With all the heavy rain and flooding across our state this Winter, you may have seen the words "atmospheric river" come up on the news. But what really are atmospheric rivers? And what can you do to be prepared?
What is an atmospheric river?
Atmospheric rivers are massive currents of water vapor in the atmosphere that carry water from the warm, humid, tropic towards the cold poles. Because of this, some routes are nicknamed the "pineapple express".
Atmospheric rivers are large - they can carry water for thousands of miles. They often carry much more water than "normal" rivers on land!
How do they form?
Near the equator, there is lots of sun and lots of water (key elements of many famous tropical beaches!). The heat from the sun causes water to evaporate into the atmosphere (hello, humidity). This humid air rises to form a channel in the sky over 200 feet wide and soars away from the tropics, carried by wind towards the colder and less humid poles.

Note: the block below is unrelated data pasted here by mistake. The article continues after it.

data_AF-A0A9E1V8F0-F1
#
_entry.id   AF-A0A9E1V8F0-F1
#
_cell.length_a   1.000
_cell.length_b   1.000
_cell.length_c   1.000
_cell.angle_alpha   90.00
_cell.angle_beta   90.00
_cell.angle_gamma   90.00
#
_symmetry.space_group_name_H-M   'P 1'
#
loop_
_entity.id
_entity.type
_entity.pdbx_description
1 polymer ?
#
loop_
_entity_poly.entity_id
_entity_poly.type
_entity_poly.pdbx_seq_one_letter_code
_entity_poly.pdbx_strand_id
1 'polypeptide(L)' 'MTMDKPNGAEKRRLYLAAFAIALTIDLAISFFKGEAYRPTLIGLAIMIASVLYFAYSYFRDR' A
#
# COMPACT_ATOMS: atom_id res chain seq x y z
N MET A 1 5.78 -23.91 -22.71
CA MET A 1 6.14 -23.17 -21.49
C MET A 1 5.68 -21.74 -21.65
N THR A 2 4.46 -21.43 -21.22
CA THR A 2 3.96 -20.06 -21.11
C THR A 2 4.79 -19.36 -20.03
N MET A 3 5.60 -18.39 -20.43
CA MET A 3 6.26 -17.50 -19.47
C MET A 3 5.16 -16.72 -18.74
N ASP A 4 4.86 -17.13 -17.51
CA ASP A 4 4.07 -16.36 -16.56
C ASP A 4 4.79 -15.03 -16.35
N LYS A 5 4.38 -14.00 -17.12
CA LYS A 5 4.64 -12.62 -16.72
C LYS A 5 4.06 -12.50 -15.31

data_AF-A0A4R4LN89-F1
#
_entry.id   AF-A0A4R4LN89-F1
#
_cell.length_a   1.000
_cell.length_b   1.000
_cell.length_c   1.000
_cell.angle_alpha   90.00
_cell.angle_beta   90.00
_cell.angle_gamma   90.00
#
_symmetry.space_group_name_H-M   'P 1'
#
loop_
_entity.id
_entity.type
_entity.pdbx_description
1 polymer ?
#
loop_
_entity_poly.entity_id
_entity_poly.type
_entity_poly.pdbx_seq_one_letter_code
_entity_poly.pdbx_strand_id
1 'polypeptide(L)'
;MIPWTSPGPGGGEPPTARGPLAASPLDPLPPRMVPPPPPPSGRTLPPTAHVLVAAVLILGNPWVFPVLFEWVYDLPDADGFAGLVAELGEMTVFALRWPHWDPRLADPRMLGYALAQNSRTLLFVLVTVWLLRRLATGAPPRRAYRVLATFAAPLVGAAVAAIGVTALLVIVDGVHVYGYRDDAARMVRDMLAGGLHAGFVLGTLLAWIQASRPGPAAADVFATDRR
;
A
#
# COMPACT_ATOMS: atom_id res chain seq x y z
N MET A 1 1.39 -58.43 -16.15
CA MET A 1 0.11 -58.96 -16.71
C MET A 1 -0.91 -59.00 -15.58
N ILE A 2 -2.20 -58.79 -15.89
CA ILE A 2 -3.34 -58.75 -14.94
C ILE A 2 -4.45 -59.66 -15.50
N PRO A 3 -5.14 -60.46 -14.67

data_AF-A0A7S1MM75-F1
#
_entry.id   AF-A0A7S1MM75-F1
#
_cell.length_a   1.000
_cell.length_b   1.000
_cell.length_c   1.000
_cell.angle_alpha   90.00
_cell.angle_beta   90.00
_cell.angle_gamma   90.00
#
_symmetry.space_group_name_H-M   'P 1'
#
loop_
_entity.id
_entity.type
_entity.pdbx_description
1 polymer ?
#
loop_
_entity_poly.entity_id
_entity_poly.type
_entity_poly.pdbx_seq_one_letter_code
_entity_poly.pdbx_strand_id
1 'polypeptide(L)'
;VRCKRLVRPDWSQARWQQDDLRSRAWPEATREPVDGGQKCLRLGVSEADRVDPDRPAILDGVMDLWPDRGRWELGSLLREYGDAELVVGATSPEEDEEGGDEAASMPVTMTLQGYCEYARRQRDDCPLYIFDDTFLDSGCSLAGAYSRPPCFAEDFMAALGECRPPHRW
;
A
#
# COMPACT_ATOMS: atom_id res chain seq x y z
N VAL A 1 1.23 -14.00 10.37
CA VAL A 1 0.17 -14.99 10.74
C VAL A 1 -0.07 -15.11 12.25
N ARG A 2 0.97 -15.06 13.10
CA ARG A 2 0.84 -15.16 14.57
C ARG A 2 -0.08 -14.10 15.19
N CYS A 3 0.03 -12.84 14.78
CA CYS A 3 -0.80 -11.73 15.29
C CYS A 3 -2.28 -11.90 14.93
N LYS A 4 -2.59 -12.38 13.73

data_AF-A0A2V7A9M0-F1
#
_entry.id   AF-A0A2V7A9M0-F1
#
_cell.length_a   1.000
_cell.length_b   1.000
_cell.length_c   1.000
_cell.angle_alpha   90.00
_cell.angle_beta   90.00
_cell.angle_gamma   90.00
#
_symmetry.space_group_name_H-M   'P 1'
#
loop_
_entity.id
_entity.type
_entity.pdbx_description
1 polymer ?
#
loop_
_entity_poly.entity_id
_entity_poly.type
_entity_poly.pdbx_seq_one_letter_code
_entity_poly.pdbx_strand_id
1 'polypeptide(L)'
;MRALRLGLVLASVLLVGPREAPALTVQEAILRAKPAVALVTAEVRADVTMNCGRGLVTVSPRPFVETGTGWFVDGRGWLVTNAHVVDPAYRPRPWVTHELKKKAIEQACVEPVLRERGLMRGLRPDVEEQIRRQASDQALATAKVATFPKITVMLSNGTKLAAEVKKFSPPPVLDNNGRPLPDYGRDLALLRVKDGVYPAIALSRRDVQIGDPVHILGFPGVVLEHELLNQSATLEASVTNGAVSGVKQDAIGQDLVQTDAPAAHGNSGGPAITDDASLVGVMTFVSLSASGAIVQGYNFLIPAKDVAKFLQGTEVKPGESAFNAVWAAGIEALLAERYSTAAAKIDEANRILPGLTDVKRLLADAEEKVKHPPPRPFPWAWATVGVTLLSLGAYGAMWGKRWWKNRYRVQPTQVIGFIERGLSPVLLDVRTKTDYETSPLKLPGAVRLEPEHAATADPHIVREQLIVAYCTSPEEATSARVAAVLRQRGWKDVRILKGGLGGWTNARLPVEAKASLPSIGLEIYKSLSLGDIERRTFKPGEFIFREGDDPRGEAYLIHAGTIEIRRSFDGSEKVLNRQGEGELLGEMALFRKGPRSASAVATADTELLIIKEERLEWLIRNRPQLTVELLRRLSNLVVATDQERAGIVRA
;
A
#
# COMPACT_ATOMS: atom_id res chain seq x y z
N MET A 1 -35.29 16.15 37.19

To understand why atmospheric rivers cause rain, remember that "warm air rises, cold air sinks". When an atmospheric river hits California, mountain ranges force the current of water vapor to travel higher, into colder temperatures. When the water vapor cools, it falls as rain or snow.
In California, almost half of all precipitation comes from atmospheric rivers. This can be from either heavy storms or mild rain showers.
What can you do to be prepared?
- Learn about your community's emergency plans, warning signals, evacuation routes and locations of emergency shelters.
- Inform local authorities about any special needs, i.e., elderly or bedridden people or anyone with a disability.
- Plan and practice a flood evacuation route with your family. Ask an out-of-state relative or friend to be the "family contact" in case your family is separated during a flood. Make sure everyone in your family has their contact information.
The California Department of Public Health website has Emergency Preparedness information for a variety of conditions including floods and power outages. Learn more here.